There was a lot of anguish on Wednesday when the news stories about 17-year-old Dutch girl Noa Pothaven began to circulate.
It was widely reported that she had died by euthanasia or had been legally euthanised, as is allowed under Dutch law. This was after she had suffered sexual abuse as a child and been raped as a 14-year-old. Consequently, she had suffered severe mental anguish and wanted to die.
Her reported death by euthanasia was seized upon by opponents of David Seymour’s End of Life Choice Bill, which is at the front of the New Zealand Parliament right now, as an example of someone who was not terminally ill and who was far too young to die with the assistance of a medical professional.
But it turns out this isn’t the case at all.
Yes, the young woman has died. Yes, she had severe mental trauma. But she was not euthanised. She was not assisted to die.
She asked for it but was deemed too young. Though, she was still reported as having died in a “Dutch end of life clinic.”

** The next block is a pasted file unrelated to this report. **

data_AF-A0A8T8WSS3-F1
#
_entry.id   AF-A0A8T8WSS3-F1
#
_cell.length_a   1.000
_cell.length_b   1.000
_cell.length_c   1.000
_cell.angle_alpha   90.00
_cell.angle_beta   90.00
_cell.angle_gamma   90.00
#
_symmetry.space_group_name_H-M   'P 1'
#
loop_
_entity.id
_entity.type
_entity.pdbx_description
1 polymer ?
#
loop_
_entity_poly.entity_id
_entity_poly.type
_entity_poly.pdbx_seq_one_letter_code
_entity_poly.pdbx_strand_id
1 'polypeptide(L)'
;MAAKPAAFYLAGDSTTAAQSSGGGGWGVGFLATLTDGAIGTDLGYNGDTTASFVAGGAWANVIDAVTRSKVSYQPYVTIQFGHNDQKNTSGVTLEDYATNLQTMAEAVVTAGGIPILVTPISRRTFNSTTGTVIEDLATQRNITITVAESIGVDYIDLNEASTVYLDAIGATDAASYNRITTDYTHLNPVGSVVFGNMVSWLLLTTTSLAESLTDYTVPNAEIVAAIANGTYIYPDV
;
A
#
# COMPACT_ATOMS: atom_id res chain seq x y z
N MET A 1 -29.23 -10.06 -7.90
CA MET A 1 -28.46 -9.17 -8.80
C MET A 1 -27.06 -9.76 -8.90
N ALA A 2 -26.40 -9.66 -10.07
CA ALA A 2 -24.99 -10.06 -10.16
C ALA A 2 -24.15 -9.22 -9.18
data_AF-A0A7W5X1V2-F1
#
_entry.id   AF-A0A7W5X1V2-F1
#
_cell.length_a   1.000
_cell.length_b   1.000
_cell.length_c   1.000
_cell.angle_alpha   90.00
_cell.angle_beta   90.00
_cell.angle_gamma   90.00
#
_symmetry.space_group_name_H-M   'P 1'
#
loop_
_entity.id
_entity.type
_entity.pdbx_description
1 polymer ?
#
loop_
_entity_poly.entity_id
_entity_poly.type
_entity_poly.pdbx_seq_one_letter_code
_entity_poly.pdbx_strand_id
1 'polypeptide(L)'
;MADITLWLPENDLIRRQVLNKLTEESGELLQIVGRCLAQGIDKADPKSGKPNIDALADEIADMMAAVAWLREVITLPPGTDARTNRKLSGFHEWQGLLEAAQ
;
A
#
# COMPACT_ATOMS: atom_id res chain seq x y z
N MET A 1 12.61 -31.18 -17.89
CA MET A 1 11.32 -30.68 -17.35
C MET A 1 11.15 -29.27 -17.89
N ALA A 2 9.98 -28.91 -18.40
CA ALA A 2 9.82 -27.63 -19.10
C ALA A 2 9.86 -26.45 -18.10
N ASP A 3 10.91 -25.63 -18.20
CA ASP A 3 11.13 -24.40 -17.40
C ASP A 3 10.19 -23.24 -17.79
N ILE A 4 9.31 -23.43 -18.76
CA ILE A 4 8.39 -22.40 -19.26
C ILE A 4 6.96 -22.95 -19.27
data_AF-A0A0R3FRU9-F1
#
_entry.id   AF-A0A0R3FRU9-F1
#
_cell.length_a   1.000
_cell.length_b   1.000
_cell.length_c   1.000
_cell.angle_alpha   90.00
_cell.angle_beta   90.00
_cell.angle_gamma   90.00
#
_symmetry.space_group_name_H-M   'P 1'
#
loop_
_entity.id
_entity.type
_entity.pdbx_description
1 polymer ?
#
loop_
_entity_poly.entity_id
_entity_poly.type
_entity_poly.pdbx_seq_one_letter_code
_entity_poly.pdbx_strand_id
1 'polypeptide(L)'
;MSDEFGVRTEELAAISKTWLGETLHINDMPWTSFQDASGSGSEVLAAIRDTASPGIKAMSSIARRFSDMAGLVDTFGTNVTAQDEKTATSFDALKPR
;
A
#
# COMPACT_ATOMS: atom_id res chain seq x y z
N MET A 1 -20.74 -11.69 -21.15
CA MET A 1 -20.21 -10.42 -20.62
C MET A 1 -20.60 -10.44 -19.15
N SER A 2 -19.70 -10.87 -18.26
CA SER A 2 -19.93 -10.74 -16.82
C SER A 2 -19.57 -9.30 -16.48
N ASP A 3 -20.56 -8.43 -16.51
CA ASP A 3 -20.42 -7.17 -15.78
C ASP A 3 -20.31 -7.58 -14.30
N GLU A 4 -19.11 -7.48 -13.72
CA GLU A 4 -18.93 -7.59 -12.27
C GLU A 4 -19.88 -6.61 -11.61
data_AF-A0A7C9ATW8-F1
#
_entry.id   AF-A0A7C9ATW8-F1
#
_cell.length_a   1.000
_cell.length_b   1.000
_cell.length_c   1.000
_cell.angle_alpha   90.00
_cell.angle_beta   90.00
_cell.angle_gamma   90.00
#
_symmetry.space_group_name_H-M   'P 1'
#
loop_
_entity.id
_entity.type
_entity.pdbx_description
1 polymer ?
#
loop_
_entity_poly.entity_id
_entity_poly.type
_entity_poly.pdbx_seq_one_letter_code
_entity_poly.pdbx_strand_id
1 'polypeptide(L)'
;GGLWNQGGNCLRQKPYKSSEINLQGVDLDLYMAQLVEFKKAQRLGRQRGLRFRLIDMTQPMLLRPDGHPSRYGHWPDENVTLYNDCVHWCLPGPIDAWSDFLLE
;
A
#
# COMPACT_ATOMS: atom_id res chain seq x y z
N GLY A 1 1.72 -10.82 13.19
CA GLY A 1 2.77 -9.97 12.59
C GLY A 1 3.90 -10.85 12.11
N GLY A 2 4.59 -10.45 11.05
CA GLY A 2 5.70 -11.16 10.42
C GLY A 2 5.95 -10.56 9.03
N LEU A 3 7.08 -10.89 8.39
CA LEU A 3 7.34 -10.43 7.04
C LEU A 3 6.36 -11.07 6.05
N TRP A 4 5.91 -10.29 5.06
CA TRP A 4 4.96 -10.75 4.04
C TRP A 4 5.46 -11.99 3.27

What appears to have happened to this sad young woman is that she decided to stop eating and drinking and starved herself to death.
In the end her parents and doctors acceded to her wishes and did not force feed her. She died at her parents home. She starved herself to death.
She was not assisted to do so.
So in this age of 24-hour news cycles and the need for stories which are designed to make a political impact, be very aware of unverified stories supplied by small and often non-reputable news agencies.
This one came from something called Central European News and was given considerable prominence all over the world for a day. That was until better resourced, and you could say, more cynical and questioning reporters, began to check the facts and found the original story was just not true.
If you’ll excuse the oxymoron, fake news is a real thing.
Peter Williams is host of Magic Talk Mornings, 9am - midday weekdays.
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